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Talking of post colonial fiction

classicsclub3The Classics Club posted a question this month about readers experiences of post-colonial literature.

This is a body of literature of which I was completely ignorant until about 10 years ago. It was never mentioned let alone studied during my literature degree course. But then feminist readings and Marxist literary theories weren’t much in evidence either all those years ago. It wasn’t until I took an Open University literature model ten years ago that the terms post colonial literature and post colonial criticism actually reared their heads.

Until that time it seemed that I had only read one post colonial novel – Jean Rhys’ Wide Sargasso Sea but over the the years since, and particularly since I started reading novels by writers outside of USA and UK, I’ve read significantly more titles that deal with the issue of problems caused by colonisation and imperialism. Of them, the ones that stand out are Petals of Blood by Ngũgĩ wa Thiong’o which is a remarkable passionate story about the aftermath of independence from colonial rule in Kenya and  The Siege of Krishnapur by J G Farrell in which a British colonial outpost in India comes under attack from natives.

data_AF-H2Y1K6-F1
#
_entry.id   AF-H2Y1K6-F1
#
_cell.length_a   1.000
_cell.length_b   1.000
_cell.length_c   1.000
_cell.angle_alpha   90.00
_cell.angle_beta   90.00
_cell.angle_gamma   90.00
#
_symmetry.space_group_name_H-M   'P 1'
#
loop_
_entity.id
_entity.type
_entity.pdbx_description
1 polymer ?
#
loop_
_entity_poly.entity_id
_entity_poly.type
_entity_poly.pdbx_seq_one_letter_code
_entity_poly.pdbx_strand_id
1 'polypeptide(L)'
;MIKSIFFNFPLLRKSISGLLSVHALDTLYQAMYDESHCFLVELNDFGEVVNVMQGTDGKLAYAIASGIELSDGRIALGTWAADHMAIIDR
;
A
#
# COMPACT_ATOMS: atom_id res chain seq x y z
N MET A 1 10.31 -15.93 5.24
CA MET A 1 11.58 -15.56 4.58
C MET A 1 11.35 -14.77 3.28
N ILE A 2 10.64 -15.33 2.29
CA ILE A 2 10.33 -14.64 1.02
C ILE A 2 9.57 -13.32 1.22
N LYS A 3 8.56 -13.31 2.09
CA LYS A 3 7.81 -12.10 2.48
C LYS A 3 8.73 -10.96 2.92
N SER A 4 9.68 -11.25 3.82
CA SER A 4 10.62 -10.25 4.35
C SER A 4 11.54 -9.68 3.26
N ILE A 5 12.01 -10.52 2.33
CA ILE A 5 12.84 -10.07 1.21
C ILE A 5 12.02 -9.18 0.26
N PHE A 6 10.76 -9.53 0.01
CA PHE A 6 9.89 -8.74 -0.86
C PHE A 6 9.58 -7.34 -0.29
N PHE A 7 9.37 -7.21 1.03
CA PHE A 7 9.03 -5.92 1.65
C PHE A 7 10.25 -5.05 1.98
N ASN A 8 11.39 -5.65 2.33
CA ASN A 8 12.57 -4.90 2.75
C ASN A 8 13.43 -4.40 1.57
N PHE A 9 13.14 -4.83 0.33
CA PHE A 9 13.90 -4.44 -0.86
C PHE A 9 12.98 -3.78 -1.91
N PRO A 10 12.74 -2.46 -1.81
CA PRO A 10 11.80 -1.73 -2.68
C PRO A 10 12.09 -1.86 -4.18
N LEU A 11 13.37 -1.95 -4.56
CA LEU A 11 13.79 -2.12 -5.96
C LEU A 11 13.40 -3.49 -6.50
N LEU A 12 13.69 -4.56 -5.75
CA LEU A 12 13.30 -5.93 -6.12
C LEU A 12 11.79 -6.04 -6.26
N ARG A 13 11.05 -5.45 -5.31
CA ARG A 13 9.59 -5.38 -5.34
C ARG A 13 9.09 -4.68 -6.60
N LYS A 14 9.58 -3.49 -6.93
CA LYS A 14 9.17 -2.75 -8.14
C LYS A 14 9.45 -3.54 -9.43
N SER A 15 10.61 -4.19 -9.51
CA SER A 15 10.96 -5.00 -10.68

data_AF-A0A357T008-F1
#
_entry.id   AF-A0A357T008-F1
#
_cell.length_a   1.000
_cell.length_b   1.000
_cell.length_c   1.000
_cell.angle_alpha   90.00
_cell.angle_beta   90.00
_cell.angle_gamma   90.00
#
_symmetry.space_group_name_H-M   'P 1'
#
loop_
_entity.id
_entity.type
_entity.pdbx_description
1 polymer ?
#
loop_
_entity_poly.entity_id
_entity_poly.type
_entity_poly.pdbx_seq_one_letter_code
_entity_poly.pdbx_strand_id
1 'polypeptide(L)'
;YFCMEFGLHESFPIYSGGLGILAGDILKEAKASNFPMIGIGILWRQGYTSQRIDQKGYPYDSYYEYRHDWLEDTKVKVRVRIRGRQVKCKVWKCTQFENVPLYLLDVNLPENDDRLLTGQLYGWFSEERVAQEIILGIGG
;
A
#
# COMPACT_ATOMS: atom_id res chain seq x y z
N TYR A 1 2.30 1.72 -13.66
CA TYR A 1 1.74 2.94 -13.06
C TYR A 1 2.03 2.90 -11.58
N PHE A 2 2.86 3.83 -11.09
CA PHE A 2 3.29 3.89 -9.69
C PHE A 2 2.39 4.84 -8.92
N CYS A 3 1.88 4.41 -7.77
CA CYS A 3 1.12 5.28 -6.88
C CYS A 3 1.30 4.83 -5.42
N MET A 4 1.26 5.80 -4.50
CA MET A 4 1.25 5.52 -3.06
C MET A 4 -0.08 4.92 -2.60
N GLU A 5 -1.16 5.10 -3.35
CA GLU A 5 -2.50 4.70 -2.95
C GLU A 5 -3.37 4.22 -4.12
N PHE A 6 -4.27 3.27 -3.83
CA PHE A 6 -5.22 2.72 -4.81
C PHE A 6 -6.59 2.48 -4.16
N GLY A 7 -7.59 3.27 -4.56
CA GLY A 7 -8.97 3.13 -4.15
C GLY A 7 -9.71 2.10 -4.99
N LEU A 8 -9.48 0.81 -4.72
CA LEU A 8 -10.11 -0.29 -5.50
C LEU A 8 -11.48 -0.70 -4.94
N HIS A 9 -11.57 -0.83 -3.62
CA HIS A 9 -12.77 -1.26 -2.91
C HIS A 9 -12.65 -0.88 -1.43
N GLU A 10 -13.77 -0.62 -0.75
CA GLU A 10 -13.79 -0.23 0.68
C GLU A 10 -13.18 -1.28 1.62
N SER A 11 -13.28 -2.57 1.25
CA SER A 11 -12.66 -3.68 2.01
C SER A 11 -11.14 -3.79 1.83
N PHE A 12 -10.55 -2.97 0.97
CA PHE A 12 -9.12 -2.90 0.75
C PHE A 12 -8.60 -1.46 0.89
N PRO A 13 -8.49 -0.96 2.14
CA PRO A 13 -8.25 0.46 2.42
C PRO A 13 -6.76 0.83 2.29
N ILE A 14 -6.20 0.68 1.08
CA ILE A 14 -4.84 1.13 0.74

I think I relate more to the literature which looks at the experience of colonised peoples than to the academics whose work examines literature from a point of view of how reflects the attitudes of the colonisers and the colonised. Some of their perspectives of classic works do provide food for thought  but you have to penetrate through layers of dense writing to get to the insights. My worst experience has to be reading an essay on Jane Eyre by Gayatri Spivak who maintained that Bronte’s novel was an example of “an unquestioned ideology of imperialism” and proceeded to make a complex argument that Bertha had to be positioned as the ‘oppressed other’ so that Jane could be positioned as the heroine of feminist individualism. If you ever come across an essay or article by Spivak be warned – she will cause you to think very differently about some books that you thought you understood well but, it will take you many strong cups of coffee or a glasses of wine to understand her convoluted language.

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